Feds release Noble production figures

November 11, 2008

—Calvin Luther Martin

Visit the Federal Energy Regulatory Commission (FERC) website, where you can see all the power production figures for NYS, quarter by quarter throughout the calendar year.  This includes output from coal-fired plants, nuclear, hydro, wind, and solar.  The works.  Any electricity sold to the NYS Independent System Operator (“the grid”) shows up on the FERC website. This is known as “transparency.”

Transparency is a good check on the claims of people who declare at public meetings things like, “Our 67 turbines will power tens of thousands of homes!”  (Um, only if the wind is blowing 24/7 at top-rated speed. But that’s getting picky.)

Anyhow, FERC is the place for reality checks.

Those of you living in Clinton and Ellenburg, and for that matter Chateaugay and Bellmont:  it’s worth your while to compare turbine production claims to–get ready for this!–hard data.

Take Noble’s claims, for instance.  “The Noble Clinton Windpark creates enough clean energy to provide the annual electricity needs of approximately 33,500 homes.”  And, “The Noble Ellenburg Windpark creates enough clean energy to provide the annual electricity needs of approximately 27,000 homes.”Sounds great.

Now for the reality check.  The hard data–FERC output numbers–for both ClintonEllenburg “windparks.”  (If that’s a park, I’m a full-blooded Cherokee Indian.)  July, August, and September 2008.

Why cross out July and August?  Because nothing was produced.  Zero.  According to FERC figures.  Noble wind farms did produce power in the 2nd quarter (April, May, June), and those figures have been reported on this site.  The figures were abysmal for the 2nd quarter, according to Jack Sullivan.  Jack, being a scientist, crunched the numbers.2

Third quarter figures, shown here, are worse.  Absurdly low, if July and August is true.  (Two months of zero production, if that is in fact what happened, suggests the generators were turned off.)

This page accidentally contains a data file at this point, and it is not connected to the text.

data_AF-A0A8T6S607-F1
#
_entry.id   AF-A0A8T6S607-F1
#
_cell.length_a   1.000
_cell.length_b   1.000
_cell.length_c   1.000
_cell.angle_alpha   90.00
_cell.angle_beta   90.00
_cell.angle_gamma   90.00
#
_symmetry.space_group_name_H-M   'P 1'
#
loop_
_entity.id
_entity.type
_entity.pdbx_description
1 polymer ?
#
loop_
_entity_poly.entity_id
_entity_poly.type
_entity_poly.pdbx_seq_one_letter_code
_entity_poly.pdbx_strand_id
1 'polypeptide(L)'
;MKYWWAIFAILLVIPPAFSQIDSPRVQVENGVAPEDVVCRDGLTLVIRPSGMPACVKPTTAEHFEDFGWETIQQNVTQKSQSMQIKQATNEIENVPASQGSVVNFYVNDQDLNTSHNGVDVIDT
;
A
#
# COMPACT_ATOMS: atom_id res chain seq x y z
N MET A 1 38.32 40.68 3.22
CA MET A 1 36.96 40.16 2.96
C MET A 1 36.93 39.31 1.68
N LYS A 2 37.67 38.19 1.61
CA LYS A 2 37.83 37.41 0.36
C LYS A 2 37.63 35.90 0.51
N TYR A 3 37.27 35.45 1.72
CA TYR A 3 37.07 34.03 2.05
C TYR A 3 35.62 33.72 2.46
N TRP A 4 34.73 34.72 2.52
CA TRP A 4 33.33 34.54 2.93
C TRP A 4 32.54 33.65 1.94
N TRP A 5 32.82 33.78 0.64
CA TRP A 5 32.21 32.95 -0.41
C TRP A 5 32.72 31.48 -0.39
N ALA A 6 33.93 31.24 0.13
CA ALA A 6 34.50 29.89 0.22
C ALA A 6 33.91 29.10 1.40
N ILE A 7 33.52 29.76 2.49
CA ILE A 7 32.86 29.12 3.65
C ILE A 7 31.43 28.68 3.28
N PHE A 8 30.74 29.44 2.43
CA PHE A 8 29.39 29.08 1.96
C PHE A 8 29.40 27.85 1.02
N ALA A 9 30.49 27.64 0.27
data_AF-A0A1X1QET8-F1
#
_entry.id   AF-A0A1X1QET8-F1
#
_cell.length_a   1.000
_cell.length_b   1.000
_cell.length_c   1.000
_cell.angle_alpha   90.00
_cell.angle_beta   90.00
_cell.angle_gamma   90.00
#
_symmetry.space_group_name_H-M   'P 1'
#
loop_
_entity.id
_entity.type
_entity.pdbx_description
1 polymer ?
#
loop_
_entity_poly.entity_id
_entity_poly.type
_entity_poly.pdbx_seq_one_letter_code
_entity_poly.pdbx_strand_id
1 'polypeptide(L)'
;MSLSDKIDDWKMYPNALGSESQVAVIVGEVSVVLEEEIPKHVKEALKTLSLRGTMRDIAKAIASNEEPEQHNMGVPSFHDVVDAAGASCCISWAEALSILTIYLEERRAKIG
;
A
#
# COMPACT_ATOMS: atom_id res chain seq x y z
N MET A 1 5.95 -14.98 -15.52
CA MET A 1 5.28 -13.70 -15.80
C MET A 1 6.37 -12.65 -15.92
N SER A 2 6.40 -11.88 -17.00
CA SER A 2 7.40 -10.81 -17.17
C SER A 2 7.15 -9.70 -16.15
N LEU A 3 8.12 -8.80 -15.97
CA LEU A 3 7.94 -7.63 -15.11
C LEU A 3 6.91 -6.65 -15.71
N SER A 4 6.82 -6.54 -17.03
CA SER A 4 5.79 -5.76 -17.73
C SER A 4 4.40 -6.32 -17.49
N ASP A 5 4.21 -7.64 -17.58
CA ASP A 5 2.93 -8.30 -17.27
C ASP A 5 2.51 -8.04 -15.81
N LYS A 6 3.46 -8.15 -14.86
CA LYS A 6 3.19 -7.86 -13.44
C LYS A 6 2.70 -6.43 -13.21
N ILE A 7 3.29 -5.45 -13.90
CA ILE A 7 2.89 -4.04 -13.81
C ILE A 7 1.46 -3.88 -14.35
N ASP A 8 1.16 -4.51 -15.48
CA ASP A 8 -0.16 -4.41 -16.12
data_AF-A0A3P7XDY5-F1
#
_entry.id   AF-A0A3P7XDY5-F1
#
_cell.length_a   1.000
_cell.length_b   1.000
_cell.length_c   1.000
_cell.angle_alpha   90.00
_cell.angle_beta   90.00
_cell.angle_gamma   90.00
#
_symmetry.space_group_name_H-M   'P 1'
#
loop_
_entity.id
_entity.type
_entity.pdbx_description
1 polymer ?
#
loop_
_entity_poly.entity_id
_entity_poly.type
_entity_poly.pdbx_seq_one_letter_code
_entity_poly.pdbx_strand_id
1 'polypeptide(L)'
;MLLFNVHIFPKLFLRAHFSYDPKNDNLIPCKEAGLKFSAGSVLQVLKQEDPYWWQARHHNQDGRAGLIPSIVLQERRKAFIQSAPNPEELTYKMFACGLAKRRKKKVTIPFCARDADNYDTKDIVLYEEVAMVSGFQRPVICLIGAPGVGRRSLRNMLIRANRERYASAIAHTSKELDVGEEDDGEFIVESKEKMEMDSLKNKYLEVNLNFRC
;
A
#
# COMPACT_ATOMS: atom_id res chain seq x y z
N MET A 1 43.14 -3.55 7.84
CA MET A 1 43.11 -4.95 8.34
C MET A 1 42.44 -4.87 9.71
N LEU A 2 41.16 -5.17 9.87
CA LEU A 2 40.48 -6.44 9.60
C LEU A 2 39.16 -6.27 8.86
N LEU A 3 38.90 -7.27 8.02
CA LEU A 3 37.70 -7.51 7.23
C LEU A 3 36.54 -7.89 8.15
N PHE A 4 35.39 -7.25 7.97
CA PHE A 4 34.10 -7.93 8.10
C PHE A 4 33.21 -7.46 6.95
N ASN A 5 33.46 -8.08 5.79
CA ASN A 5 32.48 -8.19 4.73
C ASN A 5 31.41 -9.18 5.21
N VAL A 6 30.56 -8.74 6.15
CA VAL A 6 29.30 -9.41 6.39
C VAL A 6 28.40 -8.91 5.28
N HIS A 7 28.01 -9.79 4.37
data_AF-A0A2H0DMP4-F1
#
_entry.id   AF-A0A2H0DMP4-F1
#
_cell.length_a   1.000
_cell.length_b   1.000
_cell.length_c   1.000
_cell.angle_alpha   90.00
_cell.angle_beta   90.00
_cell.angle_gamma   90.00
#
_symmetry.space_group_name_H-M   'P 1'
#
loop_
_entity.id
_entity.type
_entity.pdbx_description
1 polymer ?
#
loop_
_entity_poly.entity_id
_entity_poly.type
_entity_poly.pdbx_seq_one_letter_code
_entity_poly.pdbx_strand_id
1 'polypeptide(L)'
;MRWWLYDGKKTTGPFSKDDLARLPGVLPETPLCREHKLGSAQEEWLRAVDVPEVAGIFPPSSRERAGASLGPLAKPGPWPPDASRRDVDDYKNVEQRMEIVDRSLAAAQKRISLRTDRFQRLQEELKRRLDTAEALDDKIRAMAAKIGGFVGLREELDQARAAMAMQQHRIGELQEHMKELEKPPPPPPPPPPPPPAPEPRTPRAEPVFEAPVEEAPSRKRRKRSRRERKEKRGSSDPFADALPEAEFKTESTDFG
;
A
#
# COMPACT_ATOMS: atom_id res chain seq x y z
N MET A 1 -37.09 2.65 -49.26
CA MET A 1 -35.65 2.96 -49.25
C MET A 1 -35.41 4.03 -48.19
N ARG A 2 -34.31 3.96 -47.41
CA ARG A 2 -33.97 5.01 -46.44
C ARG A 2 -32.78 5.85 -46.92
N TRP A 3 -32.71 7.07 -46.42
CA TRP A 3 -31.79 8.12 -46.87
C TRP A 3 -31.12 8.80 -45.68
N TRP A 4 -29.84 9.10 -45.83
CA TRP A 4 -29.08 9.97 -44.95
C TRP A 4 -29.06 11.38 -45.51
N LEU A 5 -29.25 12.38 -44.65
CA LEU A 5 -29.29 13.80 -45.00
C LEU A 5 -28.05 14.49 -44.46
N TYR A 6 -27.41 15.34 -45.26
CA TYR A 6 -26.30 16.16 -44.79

©Windtoons.com

Absurdity brings us back to the wind salesmen and their “step right up folks and visit Fenner to see them amazin’ turbines” show.  Again, no one would deny they were good at selling a product.  The question is, How gullible was their audience?  Did town boards and landowners–God bless ’em all–allow their hopes and dreams to get in the way of their heads?

Noble’s output so far–real numbers, as distinct from rhetoric–suggests that hopes and dreams won out over heads.  As the late Daniel Patrick Moynihan (Dem., NYS) liked to remind colleagues in the heat of Congressional debate, “You’re entitled to your own opinion–but not your own facts.” 

Let’s close on a restful note.  A bedtime story.  That old chestnut, “The Pied Piper of Wind.”


©Windtoons.com

1From”Noble Clinton Windpark” and “Noble Ellenburg Windpark,” Noble Environmental Power website.

2In Mr. Sullivan’s words:  “At the end of September 2008 FERC released the first quarterly production figures for the Noble Clinton wind project, which went online April 8, 2008. This project includes 67 GE 1.5 MW model SLE turbines that are capacity rated at 31 mph. A statistical analysis of the hourly production of the Clinton project shows the following.  Editor’s note:  The following figures have been corrected by Mr. Sullivan, on 11/17/08, based on additional data posted by the Federal Energy Regulatory Commission.

April 8 toApril 30—Noble Clinton operated for 550 hrs–at 4.6% of its capacity rating.  Ninety-seven (97) hrs were at zero production and 108 hrs at less than 1% of capacity.

May 1 to May 31—Noble Clinton operated at 16.2% of its capacity rating, with 65 hrs of zero production and 64 hrs when the entire project produced less than 1% of capacity.  In addition there were chargebacks for over $100,000 in the month of May.

June 1 to June 30—Noble Clinton operated at 15.2% of its capacity rating, with 54 hrs of zero production and 55 hrs when the entire project produced less than 1% of capacity.

Conclusion:  These figures reveal that, on average, we can expect 2.4 hrs of daily blackout.  Secondly, given these low wind conditions it would require 6 or 7 turbines to equal the advertised output of 1 turbine.”